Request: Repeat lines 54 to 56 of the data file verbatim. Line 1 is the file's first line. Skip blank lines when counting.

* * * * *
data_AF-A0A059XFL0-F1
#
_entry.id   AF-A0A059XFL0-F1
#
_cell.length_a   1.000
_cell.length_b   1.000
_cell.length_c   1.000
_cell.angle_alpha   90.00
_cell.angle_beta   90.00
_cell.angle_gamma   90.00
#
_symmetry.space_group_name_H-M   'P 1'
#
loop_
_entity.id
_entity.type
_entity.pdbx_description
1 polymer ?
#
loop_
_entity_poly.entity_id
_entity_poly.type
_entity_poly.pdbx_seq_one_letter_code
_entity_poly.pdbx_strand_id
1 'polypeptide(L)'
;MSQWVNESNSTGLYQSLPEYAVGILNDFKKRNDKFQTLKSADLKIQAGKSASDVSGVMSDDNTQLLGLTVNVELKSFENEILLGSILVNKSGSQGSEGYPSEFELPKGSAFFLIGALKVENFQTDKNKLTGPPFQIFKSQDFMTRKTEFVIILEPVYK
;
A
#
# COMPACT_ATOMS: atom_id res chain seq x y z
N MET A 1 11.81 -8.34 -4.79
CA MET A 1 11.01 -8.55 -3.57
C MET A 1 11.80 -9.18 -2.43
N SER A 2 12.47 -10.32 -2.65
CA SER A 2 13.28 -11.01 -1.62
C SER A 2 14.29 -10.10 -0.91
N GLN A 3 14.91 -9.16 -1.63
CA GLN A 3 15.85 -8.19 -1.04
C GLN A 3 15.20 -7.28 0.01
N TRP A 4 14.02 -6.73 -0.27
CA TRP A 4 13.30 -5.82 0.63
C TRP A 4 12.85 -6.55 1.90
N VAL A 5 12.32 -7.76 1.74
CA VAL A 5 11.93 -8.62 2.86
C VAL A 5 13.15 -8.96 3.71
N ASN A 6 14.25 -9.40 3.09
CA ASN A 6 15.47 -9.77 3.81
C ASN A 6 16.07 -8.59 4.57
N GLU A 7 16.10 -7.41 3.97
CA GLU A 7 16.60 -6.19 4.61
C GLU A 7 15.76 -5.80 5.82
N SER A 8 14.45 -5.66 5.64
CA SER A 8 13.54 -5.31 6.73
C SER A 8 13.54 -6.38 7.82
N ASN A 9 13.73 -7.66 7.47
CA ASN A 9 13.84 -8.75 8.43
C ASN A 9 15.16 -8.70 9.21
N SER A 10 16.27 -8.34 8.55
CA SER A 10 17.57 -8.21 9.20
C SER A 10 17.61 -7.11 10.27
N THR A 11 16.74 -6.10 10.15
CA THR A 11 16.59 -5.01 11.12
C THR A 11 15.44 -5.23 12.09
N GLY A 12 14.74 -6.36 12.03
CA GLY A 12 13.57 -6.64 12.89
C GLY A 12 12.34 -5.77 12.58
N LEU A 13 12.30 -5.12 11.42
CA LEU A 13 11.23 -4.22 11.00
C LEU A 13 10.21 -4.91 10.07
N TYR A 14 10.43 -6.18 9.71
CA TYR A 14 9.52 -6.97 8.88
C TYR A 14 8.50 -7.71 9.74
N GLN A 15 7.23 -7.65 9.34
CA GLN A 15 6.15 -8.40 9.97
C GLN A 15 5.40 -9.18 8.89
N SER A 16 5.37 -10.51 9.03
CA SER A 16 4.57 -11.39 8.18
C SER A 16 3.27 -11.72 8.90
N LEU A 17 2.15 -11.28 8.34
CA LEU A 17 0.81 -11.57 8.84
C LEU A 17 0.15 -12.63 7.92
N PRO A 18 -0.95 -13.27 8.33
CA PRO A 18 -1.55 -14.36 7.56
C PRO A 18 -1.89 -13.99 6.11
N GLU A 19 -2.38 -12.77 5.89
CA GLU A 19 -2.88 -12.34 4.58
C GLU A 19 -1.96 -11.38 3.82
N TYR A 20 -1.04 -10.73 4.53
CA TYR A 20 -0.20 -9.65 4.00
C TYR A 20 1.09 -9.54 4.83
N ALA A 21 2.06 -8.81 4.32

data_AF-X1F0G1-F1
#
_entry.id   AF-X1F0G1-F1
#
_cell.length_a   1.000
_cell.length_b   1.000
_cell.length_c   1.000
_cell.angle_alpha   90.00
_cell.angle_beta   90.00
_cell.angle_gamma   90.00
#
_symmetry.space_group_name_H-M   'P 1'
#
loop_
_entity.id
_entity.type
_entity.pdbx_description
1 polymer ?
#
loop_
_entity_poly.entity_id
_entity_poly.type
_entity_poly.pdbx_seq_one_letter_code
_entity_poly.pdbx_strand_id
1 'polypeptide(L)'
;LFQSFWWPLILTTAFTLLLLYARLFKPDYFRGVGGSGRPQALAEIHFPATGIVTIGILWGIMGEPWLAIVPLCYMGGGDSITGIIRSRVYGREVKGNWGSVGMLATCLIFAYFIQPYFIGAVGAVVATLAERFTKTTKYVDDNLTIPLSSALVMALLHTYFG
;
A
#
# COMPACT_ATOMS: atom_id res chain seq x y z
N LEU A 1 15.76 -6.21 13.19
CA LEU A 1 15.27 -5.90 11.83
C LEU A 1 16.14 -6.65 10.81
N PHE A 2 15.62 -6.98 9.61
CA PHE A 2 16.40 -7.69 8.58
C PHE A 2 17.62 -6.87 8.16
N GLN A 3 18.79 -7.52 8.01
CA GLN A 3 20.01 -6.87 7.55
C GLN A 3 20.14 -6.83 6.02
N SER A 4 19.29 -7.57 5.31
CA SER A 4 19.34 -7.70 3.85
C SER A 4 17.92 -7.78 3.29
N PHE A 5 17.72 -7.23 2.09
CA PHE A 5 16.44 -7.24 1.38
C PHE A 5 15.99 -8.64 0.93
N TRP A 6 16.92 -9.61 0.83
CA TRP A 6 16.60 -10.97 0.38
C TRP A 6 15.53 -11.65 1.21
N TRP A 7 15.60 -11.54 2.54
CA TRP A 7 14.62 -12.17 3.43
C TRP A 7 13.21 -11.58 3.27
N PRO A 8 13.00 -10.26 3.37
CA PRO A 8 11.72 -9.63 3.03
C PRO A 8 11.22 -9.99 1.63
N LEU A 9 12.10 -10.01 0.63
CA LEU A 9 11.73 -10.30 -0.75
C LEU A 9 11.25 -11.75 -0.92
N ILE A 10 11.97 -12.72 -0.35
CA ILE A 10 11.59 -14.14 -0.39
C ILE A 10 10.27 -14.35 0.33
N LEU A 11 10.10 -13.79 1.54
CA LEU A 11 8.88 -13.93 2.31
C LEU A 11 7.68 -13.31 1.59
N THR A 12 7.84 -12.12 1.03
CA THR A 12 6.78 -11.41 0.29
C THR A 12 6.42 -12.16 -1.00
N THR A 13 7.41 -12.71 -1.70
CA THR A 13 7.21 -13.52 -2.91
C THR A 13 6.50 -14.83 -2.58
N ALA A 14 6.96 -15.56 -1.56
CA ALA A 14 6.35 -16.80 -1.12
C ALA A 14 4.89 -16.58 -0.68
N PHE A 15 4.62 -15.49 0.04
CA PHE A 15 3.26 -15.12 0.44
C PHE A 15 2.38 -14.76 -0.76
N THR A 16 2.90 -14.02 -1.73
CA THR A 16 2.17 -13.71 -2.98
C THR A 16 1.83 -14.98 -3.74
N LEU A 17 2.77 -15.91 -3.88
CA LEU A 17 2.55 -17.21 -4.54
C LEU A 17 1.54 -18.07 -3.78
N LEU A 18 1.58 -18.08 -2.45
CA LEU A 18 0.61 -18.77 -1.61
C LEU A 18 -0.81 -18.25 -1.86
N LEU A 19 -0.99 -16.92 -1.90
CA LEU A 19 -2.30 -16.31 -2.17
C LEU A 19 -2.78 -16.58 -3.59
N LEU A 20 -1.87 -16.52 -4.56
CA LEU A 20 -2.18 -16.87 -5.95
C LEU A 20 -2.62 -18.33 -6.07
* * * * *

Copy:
C SER A 8 13.54 -6.38 7.82
N ASN A 9 13.73 -7.66 7.47
CA ASN A 9 13.84 -8.75 8.43